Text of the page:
By BOB ETTINGER
In introducing Ohio State coach Urban Meyer, former St. John football coach Paul Kopko relayed the feeling every Ashtabulan felt on Saturday afternoons as they turned on the latest Buckeyes’ game.
“It was always nice on a Saturday afternoon, to turn on the nationally televised Ohio State game and eventually they would put up a map of Ohio and right up there was Ashtabula,” Kopko said. “I’d like to thank Urban for putting us back on the map.”
Meyer made a return to his hometown to be the keynote speaker in front of a capacity crowd at the Ashtabula County Touchdown Club’s annual awards dinner Monday evening at Mount Carmel Community Center.
“I’m just very appreciative to be back,” Meyer said. “The further I’m removed the more I realize how great it was growing up here. I’m thrilled to be able to share with the young student-athletes.”
Meyer kept his address light at first, engaging the crowd with a joke and a couple of funny stories from his early days as a college coach.
Then he got serious .
Meyer related how the Buckeyes were struggling at the onset of the season.
“We just didn’t play well,” he confessed. “Something just wasn’t right. I could feel it. I didn’t feel comfortable with it at all. I just didn’t feel good about it.”
A common question Meyer is asked is at what moment the Buckeyes’ season turned for the better.
“There are two guys I’ve coached that are just different,” Meyer said. “Tim Tebow and Jon Simon. They’re just different.
“After the game with Cal-Berkeley, Jon Simon had a bad shoulder, it was bad enough that most human beings couldn’t operate. We were giving out game balls and I called Jon up.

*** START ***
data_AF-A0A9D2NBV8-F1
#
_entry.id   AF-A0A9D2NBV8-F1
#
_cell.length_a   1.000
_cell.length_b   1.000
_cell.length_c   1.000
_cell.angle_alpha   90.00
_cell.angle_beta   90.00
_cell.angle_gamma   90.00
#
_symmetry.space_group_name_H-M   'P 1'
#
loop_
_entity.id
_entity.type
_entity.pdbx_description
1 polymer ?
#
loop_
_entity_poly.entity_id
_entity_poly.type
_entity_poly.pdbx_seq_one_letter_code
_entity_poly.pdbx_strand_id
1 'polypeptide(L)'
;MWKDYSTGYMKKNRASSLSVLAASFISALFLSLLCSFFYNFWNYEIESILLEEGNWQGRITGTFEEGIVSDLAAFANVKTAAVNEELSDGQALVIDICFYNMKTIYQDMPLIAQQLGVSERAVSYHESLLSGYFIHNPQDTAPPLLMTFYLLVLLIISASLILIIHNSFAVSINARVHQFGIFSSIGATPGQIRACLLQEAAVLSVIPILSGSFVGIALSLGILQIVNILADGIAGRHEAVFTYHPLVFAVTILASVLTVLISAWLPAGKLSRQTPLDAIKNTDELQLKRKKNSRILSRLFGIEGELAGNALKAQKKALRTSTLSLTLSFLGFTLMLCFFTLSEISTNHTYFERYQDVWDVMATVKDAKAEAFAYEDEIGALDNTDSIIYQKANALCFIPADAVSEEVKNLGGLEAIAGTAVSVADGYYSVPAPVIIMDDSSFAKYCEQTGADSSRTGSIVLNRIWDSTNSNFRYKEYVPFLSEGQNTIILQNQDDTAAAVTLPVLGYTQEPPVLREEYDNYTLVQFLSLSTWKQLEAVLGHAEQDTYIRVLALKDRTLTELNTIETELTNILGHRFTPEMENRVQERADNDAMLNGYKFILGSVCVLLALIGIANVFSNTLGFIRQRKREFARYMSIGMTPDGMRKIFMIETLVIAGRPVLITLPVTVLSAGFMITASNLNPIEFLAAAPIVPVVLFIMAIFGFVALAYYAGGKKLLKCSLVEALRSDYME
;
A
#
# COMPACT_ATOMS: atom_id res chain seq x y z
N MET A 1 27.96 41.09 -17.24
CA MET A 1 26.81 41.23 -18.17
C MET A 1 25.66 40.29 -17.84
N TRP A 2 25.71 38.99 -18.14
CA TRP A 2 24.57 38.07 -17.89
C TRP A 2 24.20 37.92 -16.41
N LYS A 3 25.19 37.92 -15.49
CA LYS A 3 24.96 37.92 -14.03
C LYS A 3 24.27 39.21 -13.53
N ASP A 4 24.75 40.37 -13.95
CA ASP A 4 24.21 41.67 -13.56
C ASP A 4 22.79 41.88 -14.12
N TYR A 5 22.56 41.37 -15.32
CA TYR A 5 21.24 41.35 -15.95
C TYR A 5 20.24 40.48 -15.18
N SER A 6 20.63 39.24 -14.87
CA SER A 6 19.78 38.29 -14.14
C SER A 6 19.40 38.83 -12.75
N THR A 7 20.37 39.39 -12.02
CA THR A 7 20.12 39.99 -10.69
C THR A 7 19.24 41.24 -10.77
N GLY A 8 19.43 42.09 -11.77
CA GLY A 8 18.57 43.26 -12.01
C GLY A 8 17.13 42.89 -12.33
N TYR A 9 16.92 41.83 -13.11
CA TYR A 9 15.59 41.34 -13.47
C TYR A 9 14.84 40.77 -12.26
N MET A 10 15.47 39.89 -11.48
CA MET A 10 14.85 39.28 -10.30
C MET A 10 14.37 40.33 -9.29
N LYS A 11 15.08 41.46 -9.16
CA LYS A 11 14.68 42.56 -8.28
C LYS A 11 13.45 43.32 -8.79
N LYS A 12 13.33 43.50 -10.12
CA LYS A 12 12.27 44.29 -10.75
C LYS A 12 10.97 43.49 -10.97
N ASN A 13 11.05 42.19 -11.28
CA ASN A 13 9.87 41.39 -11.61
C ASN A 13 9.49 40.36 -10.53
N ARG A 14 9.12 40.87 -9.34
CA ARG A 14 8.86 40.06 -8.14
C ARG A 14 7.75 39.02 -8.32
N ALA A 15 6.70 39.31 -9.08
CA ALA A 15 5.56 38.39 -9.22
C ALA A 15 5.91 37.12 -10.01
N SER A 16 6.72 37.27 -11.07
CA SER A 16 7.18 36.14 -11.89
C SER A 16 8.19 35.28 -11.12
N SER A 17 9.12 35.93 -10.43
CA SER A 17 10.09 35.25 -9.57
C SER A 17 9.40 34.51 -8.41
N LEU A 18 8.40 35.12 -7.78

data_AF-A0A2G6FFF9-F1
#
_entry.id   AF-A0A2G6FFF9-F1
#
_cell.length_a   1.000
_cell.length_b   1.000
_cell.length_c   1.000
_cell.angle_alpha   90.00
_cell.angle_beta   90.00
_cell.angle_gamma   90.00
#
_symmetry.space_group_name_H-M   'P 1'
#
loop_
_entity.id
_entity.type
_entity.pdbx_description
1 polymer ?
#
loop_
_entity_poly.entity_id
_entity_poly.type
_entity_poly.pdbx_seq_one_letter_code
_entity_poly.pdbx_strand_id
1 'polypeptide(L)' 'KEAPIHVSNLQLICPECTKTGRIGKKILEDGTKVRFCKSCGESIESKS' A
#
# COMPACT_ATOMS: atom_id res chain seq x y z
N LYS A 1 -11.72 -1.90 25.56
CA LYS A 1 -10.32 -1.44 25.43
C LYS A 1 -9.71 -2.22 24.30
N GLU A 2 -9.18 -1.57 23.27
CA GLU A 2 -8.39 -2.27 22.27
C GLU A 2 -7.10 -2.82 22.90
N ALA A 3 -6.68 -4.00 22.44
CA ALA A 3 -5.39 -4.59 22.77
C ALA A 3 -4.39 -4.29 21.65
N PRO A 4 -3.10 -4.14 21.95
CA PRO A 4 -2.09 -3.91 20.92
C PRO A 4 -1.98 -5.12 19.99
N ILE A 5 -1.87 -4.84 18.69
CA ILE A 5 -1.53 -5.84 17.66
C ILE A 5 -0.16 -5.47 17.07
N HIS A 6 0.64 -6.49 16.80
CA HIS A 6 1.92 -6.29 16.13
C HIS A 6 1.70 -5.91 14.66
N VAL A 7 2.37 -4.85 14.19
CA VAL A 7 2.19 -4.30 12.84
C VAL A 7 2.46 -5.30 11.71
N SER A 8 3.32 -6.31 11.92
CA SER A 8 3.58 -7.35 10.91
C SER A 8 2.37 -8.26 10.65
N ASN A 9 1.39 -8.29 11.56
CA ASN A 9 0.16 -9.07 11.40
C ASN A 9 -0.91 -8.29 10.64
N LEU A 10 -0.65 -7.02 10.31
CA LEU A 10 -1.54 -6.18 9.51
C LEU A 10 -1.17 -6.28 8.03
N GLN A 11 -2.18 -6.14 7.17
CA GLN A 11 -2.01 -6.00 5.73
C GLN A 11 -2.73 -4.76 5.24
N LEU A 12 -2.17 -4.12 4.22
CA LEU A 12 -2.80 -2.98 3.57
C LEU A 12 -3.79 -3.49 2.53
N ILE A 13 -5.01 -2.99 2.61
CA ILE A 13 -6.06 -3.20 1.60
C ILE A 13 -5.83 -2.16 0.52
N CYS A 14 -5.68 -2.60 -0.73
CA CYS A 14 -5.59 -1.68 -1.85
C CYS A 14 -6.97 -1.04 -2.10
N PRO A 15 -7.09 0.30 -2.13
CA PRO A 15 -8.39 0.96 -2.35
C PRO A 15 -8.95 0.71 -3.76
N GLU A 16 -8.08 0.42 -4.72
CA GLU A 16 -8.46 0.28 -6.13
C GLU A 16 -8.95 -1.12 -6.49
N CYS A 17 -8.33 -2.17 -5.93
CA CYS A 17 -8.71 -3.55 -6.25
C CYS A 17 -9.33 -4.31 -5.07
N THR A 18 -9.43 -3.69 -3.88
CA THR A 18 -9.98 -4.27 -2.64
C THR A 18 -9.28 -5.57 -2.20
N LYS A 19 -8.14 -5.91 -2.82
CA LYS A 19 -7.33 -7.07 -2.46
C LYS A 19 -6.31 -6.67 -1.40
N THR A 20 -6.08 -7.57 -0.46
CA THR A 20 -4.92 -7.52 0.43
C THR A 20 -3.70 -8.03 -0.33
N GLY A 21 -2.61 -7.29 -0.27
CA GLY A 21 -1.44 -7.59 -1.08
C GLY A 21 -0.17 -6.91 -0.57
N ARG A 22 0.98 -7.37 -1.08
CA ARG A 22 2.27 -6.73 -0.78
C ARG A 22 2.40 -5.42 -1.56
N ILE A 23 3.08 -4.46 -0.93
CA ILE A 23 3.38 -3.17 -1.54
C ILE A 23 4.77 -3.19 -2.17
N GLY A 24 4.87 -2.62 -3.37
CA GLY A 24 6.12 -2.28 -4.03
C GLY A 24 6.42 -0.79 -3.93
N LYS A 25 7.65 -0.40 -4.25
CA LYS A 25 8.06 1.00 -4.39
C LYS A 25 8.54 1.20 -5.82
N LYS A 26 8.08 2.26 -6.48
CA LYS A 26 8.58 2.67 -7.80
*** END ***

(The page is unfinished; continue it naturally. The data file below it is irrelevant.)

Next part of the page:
“He lost it. He’s a man’s man. To this day, I’m shocked at what I saw. There was so much emotion coming out. He’s not a talker or speech guy. He gave a speech and it was not so much what he said, but that he said it with such emotion. The whole team changed that day.”
Including Meyer himself.
“That night I was laying in bed and I said to my wife, ‘Here’s a 22-year-old guy and he gives everything to the team, why can’t we?’
“I’m glad she’s a calmer person than I am. I was about to call a staff meeting at 2 a.m. I waited until 6 a.m. We’re coach friendly. The coaches got an extra four hours sleep.”
He went on to tell of how former Buckeye Butler By’note addressed the team at chapel the very next day and, completely on his own, correlated the Simon outburst to being a Christian, a husband, a father and a teammate.
Meyer then took it a bit further with the crowd Monday night. He told the young athletes that there are three things involved in making that happen — choice, sacrifice and time.
The youngsters took that hook, line and sinker.
“It got me thinking about love for my team,” Grand Valley basketball player Jessica Vormelker said. “Sports all relate. They all pretty much go along the same lines. It was just great to hear what he had to say coming back to Ashtabula, where he came from.”
“What he said was really inspirational,” Jefferson volleyball and softball player Bailey Beckwith said. “What he said about Jon Simon breaking down and love of the team, I thought was really touching.
“You can take what he said and use it your entire life.”
Meyer was more than happy to come home and inspire the young athletes of his hometown.
“A lot of people had a real positive influence on me and I’m proud to give back,” he said. “I’m humbled by this. I remember Vince Dooley (the former Georgia coach) spoke at mine.”
Ettinger is a freelance writer from Ashtabula.